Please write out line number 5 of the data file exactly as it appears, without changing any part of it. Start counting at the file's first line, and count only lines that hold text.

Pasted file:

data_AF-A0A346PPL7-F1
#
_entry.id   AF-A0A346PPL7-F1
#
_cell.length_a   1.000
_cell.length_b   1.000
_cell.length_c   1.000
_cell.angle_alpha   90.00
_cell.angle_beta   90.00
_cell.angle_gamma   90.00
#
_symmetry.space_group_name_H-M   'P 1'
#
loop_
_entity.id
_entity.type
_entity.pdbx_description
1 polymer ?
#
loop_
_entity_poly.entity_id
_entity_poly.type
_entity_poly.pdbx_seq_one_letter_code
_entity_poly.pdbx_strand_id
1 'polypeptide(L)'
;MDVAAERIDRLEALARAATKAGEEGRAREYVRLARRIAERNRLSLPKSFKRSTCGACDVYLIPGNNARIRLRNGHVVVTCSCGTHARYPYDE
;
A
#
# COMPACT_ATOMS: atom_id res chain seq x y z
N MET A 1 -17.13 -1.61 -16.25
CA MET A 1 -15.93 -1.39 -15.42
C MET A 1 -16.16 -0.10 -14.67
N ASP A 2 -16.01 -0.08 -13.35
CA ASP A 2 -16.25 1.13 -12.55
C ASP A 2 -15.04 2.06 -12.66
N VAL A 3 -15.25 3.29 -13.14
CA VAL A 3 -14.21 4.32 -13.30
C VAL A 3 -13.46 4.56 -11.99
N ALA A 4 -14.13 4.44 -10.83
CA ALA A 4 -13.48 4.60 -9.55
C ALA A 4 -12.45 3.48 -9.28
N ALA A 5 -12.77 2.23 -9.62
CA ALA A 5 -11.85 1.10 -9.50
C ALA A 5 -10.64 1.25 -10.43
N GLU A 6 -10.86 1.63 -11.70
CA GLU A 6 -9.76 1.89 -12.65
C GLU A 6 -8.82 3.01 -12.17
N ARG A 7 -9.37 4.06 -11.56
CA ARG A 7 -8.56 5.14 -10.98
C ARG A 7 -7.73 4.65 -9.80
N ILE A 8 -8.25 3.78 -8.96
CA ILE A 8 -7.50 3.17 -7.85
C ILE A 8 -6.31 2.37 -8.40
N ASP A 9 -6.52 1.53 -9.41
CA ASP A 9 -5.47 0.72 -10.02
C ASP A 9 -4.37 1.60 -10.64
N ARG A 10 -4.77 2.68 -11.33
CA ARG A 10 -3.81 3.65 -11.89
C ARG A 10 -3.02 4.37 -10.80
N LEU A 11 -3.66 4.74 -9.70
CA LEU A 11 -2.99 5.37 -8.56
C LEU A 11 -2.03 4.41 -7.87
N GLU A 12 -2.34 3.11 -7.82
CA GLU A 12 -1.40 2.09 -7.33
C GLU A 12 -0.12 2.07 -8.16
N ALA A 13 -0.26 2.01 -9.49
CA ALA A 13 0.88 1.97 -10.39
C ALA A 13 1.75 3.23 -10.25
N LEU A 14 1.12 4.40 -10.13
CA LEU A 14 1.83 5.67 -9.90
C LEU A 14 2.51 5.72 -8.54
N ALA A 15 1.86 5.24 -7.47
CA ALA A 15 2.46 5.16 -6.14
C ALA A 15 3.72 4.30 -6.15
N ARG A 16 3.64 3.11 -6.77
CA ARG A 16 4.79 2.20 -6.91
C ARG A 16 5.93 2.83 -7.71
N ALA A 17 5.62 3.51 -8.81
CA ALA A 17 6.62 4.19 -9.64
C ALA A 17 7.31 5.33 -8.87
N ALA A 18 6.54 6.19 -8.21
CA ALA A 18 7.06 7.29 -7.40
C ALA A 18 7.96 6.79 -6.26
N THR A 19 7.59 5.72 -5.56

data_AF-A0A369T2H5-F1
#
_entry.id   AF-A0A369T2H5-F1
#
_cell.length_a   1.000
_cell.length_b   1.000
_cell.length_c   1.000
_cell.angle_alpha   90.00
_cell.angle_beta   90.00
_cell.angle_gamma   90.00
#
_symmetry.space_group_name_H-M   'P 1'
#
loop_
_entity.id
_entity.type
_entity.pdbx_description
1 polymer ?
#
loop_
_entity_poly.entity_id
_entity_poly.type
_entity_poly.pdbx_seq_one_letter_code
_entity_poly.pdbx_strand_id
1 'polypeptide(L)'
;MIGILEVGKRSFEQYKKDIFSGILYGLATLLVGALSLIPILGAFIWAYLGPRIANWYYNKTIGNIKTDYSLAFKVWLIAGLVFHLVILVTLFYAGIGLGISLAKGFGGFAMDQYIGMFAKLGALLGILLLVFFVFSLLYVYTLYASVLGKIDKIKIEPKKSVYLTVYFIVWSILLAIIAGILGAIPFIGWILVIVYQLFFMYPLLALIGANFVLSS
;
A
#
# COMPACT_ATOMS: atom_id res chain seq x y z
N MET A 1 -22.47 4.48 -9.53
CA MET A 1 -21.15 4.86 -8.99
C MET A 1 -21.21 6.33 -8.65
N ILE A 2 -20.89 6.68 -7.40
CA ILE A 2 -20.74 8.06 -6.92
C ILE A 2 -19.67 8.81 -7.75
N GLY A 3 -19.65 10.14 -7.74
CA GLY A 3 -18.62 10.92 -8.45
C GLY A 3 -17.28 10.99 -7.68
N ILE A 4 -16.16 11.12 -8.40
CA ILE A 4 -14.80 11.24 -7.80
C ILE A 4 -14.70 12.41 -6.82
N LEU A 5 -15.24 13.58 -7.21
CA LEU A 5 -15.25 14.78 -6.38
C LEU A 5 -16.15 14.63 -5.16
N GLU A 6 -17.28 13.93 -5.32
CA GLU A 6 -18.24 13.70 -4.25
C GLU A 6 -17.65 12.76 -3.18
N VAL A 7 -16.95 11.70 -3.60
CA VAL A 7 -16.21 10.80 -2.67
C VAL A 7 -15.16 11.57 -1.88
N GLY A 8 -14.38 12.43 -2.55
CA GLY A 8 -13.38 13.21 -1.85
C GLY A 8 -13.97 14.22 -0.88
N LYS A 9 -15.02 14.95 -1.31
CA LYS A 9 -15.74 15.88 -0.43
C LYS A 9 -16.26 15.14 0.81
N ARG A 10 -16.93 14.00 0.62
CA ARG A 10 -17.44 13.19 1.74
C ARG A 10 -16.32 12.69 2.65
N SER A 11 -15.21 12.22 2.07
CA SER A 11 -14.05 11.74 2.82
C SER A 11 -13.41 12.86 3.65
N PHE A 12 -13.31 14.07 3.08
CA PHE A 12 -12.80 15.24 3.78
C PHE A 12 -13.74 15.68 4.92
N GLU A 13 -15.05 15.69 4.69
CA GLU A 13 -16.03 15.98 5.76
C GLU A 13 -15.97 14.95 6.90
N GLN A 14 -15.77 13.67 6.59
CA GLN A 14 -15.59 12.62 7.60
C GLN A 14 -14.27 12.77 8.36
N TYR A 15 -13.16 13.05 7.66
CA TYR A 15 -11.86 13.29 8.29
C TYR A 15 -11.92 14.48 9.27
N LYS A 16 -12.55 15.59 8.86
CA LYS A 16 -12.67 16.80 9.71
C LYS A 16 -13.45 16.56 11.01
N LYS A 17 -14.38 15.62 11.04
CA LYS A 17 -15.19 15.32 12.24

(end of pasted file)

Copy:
_cell.length_a   1.000